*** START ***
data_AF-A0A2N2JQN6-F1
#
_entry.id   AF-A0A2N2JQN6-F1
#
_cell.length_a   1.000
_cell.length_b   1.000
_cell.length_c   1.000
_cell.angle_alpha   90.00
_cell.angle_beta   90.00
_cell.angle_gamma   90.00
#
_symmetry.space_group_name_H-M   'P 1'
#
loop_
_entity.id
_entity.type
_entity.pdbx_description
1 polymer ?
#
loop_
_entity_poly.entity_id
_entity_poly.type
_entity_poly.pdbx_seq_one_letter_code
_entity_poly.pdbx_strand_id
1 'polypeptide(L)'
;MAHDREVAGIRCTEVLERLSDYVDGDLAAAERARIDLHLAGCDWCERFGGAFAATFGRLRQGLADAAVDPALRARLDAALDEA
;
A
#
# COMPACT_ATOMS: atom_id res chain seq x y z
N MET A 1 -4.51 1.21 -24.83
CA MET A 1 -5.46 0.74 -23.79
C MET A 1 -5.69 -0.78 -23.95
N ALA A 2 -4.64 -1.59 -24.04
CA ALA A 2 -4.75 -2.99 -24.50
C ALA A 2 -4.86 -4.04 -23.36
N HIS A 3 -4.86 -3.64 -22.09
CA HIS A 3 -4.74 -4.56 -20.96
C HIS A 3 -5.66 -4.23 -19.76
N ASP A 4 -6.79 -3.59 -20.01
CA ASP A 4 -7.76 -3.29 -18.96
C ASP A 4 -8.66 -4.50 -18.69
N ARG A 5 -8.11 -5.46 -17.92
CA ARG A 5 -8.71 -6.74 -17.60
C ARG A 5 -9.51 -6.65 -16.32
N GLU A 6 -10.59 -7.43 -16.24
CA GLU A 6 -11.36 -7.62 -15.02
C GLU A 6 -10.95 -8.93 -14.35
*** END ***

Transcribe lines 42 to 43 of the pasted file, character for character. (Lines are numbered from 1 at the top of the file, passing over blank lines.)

C ASP A 4 -8.66 -4.50 -18.69
N ARG A 5 -8.11 -5.46 -17.92